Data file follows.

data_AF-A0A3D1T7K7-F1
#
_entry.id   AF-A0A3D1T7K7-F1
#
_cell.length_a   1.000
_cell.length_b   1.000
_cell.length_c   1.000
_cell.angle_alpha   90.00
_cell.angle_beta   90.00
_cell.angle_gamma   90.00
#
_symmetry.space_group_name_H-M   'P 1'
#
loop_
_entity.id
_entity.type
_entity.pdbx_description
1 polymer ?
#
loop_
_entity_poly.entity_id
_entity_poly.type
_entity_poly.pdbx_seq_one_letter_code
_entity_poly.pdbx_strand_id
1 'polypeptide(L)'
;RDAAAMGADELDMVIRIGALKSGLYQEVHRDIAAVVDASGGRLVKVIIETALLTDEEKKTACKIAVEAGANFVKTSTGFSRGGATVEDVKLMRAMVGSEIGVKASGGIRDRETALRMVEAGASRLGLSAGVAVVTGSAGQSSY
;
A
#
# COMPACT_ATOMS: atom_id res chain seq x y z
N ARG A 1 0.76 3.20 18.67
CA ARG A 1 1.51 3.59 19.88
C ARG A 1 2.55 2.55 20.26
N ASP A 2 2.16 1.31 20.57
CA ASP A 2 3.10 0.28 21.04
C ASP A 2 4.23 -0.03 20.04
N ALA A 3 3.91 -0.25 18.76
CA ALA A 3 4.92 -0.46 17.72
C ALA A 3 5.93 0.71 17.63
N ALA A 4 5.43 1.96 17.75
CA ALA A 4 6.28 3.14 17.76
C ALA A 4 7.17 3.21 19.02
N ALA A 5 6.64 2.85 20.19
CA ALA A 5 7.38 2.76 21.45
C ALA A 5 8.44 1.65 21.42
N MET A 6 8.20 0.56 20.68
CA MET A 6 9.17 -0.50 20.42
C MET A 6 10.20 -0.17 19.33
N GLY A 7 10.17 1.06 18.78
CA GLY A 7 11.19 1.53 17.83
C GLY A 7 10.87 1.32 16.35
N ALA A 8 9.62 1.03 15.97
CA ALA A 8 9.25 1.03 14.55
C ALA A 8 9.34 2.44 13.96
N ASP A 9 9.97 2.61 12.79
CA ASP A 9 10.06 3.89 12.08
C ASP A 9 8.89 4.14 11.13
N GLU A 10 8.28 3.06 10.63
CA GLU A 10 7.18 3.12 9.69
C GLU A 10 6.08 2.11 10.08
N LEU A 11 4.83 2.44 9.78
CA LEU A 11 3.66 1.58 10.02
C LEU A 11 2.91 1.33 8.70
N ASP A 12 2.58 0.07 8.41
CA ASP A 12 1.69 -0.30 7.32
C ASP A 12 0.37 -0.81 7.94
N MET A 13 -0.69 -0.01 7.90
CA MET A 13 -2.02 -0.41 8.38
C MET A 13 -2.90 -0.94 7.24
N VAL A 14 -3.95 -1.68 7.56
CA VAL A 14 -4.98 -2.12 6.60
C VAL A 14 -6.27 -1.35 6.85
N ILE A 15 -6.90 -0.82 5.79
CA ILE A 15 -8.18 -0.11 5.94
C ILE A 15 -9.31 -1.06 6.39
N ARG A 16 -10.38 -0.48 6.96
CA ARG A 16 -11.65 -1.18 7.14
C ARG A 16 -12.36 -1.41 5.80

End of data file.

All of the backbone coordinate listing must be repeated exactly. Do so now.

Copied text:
data_AF-A0A3D1T7K7-F1
#
_entry.id   AF-A0A3D1T7K7-F1
#
_cell.length_a   1.000
_cell.length_b   1.000
_cell.length_c   1.000
_cell.angle_alpha   90.00
_cell.angle_beta   90.00
_cell.angle_gamma   90.00
#
_symmetry.space_group_name_H-M   'P 1'
#
loop_
_entity.id
_entity.type
_entity.pdbx_description
1 polymer ?
#
loop_
_entity_poly.entity_id
_entity_poly.type
_entity_poly.pdbx_seq_one_letter_code
_entity_poly.pdbx_strand_id
1 'polypeptide(L)'
;RDAAAMGADELDMVIRIGALKSGLYQEVHRDIAAVVDASGGRLVKVIIETALLTDEEKKTACKIAVEAGANFVKTSTGFSRGGATVEDVKLMRAMVGSEIGVKASGGIRDRETALRMVEAGASRLGLSAGVAVVTGSAGQSSY
;
A
#
# COMPACT_ATOMS: atom_id res chain seq x y z
N ARG A 1 0.76 3.20 18.67
CA ARG A 1 1.51 3.59 19.88
C ARG A 1 2.55 2.55 20.26
N ASP A 2 2.16 1.31 20.57
CA ASP A 2 3.10 0.28 21.04
C ASP A 2 4.23 -0.03 20.04
N ALA A 3 3.91 -0.25 18.76
CA ALA A 3 4.92 -0.46 17.72
C ALA A 3 5.93 0.71 17.63
N ALA A 4 5.43 1.96 17.75
CA ALA A 4 6.28 3.14 17.76
C ALA A 4 7.17 3.21 19.02
N ALA A 5 6.64 2.85 20.19
CA ALA A 5 7.38 2.76 21.45
C ALA A 5 8.44 1.65 21.42
N MET A 6 8.20 0.56 20.68
CA MET A 6 9.17 -0.50 20.42
C MET A 6 10.20 -0.17 19.33
N GLY A 7 10.17 1.06 18.78
CA GLY A 7 11.19 1.53 17.83
C GLY A 7 10.87 1.32 16.35
N ALA A 8 9.62 1.03 15.97
CA ALA A 8 9.25 1.03 14.55
C ALA A 8 9.34 2.44 13.96
N ASP A 9 9.97 2.61 12.79
CA ASP A 9 10.06 3.89 12.08
C ASP A 9 8.89 4.14 11.13
N GLU A 10 8.28 3.06 10.63
CA GLU A 10 7.18 3.12 9.69
C GLU A 10 6.08 2.11 10.08
N LEU A 11 4.83 2.44 9.78
CA LEU A 11 3.66 1.58 10.02
C LEU A 11 2.91 1.33 8.70
N ASP A 12 2.58 0.07 8.41
CA ASP A 12 1.69 -0.30 7.32
C ASP A 12 0.37 -0.81 7.94
N MET A 13 -0.69 -0.01 7.90
CA MET A 13 -2.02 -0.41 8.38
C MET A 13 -2.90 -0.94 7.24
N VAL A 14 -3.95 -1.68 7.56
CA VAL A 14 -4.98 -2.12 6.60
C VAL A 14 -6.27 -1.35 6.85
N ILE A 15 -6.90 -0.82 5.79
CA ILE A 15 -8.18 -0.11 5.94
C ILE A 15 -9.31 -1.06 6.39
N ARG A 16 -10.38 -0.48 6.96
CA ARG A 16 -11.65 -1.18 7.14
C ARG A 16 -12.36 -1.41 5.80